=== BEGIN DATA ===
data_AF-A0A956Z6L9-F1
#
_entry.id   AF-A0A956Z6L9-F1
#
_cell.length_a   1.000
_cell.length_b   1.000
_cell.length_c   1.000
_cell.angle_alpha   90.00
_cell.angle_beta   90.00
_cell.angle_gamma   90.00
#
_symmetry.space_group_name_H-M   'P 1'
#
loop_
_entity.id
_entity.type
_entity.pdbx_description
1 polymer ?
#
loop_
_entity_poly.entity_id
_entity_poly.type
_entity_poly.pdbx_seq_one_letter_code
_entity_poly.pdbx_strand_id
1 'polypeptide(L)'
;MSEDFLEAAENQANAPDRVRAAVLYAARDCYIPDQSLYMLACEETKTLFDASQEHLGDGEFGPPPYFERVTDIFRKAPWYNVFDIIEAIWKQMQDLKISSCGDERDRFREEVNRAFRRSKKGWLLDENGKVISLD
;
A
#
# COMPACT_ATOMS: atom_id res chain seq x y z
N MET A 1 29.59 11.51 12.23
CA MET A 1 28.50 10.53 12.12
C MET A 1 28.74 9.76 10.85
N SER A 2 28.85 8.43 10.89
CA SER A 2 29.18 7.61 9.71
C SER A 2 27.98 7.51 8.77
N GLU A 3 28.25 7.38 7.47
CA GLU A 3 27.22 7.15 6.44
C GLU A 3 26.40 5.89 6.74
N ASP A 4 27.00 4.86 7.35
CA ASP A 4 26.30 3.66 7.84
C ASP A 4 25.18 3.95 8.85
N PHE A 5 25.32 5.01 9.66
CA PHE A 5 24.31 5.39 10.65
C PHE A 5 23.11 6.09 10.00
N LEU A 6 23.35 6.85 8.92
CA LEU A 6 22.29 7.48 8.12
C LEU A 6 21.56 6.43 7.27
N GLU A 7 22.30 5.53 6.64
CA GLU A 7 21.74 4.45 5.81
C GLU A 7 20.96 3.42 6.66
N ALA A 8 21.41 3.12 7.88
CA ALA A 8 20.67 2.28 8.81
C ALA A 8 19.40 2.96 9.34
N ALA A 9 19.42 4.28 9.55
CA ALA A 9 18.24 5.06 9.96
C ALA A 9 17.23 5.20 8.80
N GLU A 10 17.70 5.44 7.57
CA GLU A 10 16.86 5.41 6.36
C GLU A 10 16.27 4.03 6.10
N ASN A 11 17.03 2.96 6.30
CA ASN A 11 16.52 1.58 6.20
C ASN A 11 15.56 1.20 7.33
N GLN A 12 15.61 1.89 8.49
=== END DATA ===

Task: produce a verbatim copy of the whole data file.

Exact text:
data_AF-A0A956Z6L9-F1
#
_entry.id   AF-A0A956Z6L9-F1
#
_cell.length_a   1.000
_cell.length_b   1.000
_cell.length_c   1.000
_cell.angle_alpha   90.00
_cell.angle_beta   90.00
_cell.angle_gamma   90.00
#
_symmetry.space_group_name_H-M   'P 1'
#
loop_
_entity.id
_entity.type
_entity.pdbx_description
1 polymer ?
#
loop_
_entity_poly.entity_id
_entity_poly.type
_entity_poly.pdbx_seq_one_letter_code
_entity_poly.pdbx_strand_id
1 'polypeptide(L)'
;MSEDFLEAAENQANAPDRVRAAVLYAARDCYIPDQSLYMLACEETKTLFDASQEHLGDGEFGPPPYFERVTDIFRKAPWYNVFDIIEAIWKQMQDLKISSCGDERDRFREEVNRAFRRSKKGWLLDENGKVISLD
;
A
#
# COMPACT_ATOMS: atom_id res chain seq x y z
N MET A 1 29.59 11.51 12.23
CA MET A 1 28.50 10.53 12.12
C MET A 1 28.74 9.76 10.85
N SER A 2 28.85 8.43 10.89
CA SER A 2 29.18 7.61 9.71
C SER A 2 27.98 7.51 8.77
N GLU A 3 28.25 7.38 7.47
CA GLU A 3 27.22 7.15 6.44
C GLU A 3 26.40 5.89 6.74
N ASP A 4 27.00 4.86 7.35
CA ASP A 4 26.30 3.66 7.84
C ASP A 4 25.18 3.95 8.85
N PHE A 5 25.32 5.01 9.66
CA PHE A 5 24.31 5.39 10.65
C PHE A 5 23.11 6.09 10.00
N LEU A 6 23.35 6.85 8.92
CA LEU A 6 22.29 7.48 8.12
C LEU A 6 21.56 6.43 7.27
N GLU A 7 22.30 5.53 6.64
CA GLU A 7 21.74 4.45 5.81
C GLU A 7 20.96 3.42 6.66
N ALA A 8 21.41 3.12 7.88
CA ALA A 8 20.67 2.28 8.81
C ALA A 8 19.40 2.96 9.34
N ALA A 9 19.42 4.28 9.55
CA ALA A 9 18.24 5.06 9.96
C ALA A 9 17.23 5.20 8.80
N GLU A 10 17.70 5.44 7.57
CA GLU A 10 16.86 5.41 6.36
C GLU A 10 16.27 4.03 6.10
N ASN A 11 17.03 2.96 6.30
CA ASN A 11 16.52 1.58 6.20
C ASN A 11 15.56 1.20 7.33
N GLN A 12 15.61 1.89 8.49